In February of 2016, the circuit court held a sentencing hearing, during which petitioner argued for the imposition of probation. Petitioner also argued, alternatively, for a determinate sentence. The circuit court found that petitioner's presentence investigation report included a significant criminal history in addition to his high risk for recidivism. Ultimately, the circuit court denied petitioner's requests and imposed a term of incarceration of ten to twenty years to run consecutively to his current term of incarceration from an unrelated conviction. The circuit court also imposed forty years of supervised release. It is from the sentencing order that petitioner appeals.

         We have previously established the following standard of review:

"In reviewing the findings of fact and conclusions of law of a circuit court . . ., we apply a three-pronged standard of review. We review the decision . . . under an abuse of discretion standard; the underlying facts are reviewed under a clearly erroneous standard; and questions of law and interpretations of statutes and rules are subject to a de novo review." Syllabus Point 1, State v. Head, 198 W.Va. 298, 480 S.E.2d 507 (1996).

Syl. Pt. 1, in part, State v. Georgius, 225 W.Va. 716, 696 S.E.2d 18 (2010). Upon our review, we find no error in the proceedings below.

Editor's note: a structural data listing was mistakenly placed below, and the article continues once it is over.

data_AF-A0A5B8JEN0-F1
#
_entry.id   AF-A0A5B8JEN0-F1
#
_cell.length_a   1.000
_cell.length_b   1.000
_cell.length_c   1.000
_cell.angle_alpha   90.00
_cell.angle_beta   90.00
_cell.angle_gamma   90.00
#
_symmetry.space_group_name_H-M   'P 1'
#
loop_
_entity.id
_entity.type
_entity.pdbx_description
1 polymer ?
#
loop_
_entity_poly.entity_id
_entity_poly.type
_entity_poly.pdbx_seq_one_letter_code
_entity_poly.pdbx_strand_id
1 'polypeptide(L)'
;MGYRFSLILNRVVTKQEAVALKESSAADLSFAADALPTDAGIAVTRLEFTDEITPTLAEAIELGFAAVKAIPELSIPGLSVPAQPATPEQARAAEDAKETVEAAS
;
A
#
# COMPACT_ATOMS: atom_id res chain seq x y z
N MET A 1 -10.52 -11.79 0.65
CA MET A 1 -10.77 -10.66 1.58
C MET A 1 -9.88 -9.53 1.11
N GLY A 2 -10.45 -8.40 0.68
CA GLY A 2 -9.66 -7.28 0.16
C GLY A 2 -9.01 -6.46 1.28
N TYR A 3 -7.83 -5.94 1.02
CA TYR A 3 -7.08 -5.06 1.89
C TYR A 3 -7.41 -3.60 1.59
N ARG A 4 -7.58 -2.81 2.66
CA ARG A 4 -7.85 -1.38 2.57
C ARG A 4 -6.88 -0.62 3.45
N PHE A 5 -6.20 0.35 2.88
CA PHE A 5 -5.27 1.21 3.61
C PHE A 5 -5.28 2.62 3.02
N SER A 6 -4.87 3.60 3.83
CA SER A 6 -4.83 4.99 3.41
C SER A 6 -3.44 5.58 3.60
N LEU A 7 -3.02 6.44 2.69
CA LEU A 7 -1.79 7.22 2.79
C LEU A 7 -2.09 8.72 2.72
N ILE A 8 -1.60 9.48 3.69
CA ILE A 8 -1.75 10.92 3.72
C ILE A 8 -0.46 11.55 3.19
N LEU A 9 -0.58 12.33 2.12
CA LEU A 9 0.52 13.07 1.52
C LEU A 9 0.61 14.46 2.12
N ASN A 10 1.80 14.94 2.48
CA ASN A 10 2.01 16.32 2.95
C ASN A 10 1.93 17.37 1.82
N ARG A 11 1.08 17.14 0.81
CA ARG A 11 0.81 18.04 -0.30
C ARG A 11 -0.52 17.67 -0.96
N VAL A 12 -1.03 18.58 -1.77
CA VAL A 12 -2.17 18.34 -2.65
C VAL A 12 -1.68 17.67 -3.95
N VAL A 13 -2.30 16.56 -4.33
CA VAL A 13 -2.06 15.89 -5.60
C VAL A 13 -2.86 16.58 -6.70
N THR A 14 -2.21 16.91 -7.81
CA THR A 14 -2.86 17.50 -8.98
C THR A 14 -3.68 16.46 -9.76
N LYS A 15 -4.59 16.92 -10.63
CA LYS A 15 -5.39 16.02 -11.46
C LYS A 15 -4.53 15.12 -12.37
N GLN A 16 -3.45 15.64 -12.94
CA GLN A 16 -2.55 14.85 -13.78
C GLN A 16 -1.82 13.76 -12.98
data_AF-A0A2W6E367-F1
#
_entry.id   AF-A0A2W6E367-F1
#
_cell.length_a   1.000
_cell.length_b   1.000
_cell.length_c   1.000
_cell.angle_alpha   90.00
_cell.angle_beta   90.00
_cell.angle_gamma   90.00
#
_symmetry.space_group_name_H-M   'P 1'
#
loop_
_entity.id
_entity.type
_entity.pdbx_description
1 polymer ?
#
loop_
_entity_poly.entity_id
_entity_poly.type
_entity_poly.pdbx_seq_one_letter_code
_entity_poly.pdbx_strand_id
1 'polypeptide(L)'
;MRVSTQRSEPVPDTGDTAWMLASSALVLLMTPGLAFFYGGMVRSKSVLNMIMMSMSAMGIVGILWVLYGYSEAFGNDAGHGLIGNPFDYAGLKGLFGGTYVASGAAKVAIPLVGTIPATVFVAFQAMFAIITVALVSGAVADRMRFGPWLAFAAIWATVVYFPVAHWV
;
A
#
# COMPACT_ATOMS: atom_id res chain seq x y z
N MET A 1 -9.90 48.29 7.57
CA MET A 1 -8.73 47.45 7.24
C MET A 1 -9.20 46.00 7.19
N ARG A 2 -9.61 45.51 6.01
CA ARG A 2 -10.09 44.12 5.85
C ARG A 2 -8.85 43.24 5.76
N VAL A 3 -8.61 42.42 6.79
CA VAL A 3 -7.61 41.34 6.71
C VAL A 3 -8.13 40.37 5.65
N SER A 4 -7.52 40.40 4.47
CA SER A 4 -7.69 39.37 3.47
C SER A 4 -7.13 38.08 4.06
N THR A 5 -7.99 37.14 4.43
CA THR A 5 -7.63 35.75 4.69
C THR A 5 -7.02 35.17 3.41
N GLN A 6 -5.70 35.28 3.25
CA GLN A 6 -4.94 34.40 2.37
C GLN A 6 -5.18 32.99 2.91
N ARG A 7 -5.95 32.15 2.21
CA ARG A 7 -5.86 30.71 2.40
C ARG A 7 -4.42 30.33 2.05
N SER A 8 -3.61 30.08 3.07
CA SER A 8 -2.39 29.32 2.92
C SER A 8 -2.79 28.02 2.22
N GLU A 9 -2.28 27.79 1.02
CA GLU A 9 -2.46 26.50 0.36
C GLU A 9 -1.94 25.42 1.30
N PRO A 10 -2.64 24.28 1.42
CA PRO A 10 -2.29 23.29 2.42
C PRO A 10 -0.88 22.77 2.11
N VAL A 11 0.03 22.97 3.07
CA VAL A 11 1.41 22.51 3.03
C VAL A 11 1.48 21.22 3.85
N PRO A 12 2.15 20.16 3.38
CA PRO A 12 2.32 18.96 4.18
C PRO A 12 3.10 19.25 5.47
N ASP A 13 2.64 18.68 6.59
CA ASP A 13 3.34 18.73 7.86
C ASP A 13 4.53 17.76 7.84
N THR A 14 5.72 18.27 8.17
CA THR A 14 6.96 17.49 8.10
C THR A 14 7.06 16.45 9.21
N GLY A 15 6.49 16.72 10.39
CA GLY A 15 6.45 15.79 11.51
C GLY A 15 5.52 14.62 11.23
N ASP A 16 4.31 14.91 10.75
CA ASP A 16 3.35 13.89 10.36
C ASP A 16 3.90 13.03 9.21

First, the Court finds no merit to petitioner's argument that the circuit court should have imposed a determinate sentence instead of an indeterminate one. In support of his argument, petitioner asserts that a variety of factors, including the award of good-time credits, application of the parole statute, and the goals of indeterminate sentencing, among other issues, lead to an unsustainable absurdity if West Virginia Code § 61-8D-5(a) were interpreted to allow circuit courts to impose indeterminate sentences. See Syl. Pt. 2, Newhart v. Pennybacker, 120 W.Va. 774, 200 S.E. 350 (1938) ("Where a particular construction of a statute would result in an absurdity, some other reasonable construction, which will not produce such absurdity, will be made.). We do not agree.

         Importantly, we have held that "'[s]entences imposed by the trial court, if within statutory limits and if not based on some [im]permissible factor, are not subject to appellate review.' Syllabus point 4, State v. Goodnight, 169 W.Va. 366, 287 S.E.2d 504 (1982)." Syl. Pt. 2, State v. Booth, 224 W.Va. 307, 685 S.E.2d 701 (2009). Here, petitioner does not allege that his sentence is outside the bounds of the applicable statute or based on any impermissible factor. Indeed, petitioner readily admits that West Virginia Code § 61-8D-5(a) allows for imposition of a sentence between ten and twenty years.[3] Instead, petitioner argues that the discretion to impose an indeterminate sentence leads to an absurdity, in part, because every individual sentenced under this statute would receive the same sentence regardless of the severity of their crimes. We do not find this argument persuasive because petitioner admits that his sentence was imposed within the applicable statutory guidelines and was not based on any impermissible factor. Thus, it is not subject to appellate review.